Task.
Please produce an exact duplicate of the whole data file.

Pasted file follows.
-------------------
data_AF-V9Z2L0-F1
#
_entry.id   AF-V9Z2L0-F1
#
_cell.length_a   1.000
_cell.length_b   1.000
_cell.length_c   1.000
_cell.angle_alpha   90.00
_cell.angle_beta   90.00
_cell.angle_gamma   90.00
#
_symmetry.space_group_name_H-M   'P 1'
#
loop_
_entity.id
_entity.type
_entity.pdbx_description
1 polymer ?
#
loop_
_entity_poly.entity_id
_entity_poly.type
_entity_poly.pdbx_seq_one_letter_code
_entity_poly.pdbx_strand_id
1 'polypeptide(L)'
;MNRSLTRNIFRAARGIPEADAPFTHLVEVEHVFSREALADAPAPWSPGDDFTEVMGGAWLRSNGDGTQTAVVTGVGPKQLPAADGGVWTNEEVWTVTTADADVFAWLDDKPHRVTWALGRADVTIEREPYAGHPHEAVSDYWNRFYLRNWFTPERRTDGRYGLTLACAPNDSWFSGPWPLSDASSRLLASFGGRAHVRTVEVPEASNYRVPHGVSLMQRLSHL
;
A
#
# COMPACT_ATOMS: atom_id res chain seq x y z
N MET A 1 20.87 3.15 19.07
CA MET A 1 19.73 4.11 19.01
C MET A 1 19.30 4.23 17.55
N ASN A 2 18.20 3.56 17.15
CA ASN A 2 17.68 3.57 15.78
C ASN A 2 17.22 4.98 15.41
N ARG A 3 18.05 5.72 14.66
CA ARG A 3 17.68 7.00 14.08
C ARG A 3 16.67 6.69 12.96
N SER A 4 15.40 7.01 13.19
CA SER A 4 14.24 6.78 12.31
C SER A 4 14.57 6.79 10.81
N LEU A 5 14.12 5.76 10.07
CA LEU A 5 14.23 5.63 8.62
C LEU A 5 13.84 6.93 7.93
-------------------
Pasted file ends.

data_AF-V9Z2L0-F1
#
_entry.id   AF-V9Z2L0-F1
#
_cell.length_a   1.000
_cell.length_b   1.000
_cell.length_c   1.000
_cell.angle_alpha   90.00
_cell.angle_beta   90.00
_cell.angle_gamma   90.00
#
_symmetry.space_group_name_H-M   'P 1'
#
loop_
_entity.id
_entity.type
_entity.pdbx_description
1 polymer ?
#
loop_
_entity_poly.entity_id
_entity_poly.type
_entity_poly.pdbx_seq_one_letter_code
_entity_poly.pdbx_strand_id
1 'polypeptide(L)'
;MNRSLTRNIFRAARGIPEADAPFTHLVEVEHVFSREALADAPAPWSPGDDFTEVMGGAWLRSNGDGTQTAVVTGVGPKQLPAADGGVWTNEEVWTVTTADADVFAWLDDKPHRVTWALGRADVTIEREPYAGHPHEAVSDYWNRFYLRNWFTPERRTDGRYGLTLACAPNDSWFSGPWPLSDASSRLLASFGGRAHVRTVEVPEASNYRVPHGVSLMQRLSHL
;
A
#
# COMPACT_ATOMS: atom_id res chain seq x y z
N MET A 1 20.87 3.15 19.07
CA MET A 1 19.73 4.11 19.01
C MET A 1 19.30 4.23 17.55
N ASN A 2 18.20 3.56 17.15
CA ASN A 2 17.68 3.57 15.78
C ASN A 2 17.22 4.98 15.41
N ARG A 3 18.05 5.72 14.66
CA ARG A 3 17.68 7.00 14.08
C ARG A 3 16.67 6.69 12.96
N SER A 4 15.40 7.01 13.19
CA SER A 4 14.24 6.78 12.31
C SER A 4 14.57 6.79 10.81
N LEU A 5 14.12 5.76 10.07
CA LEU A 5 14.23 5.63 8.62
C LEU A 5 13.84 6.93 7.93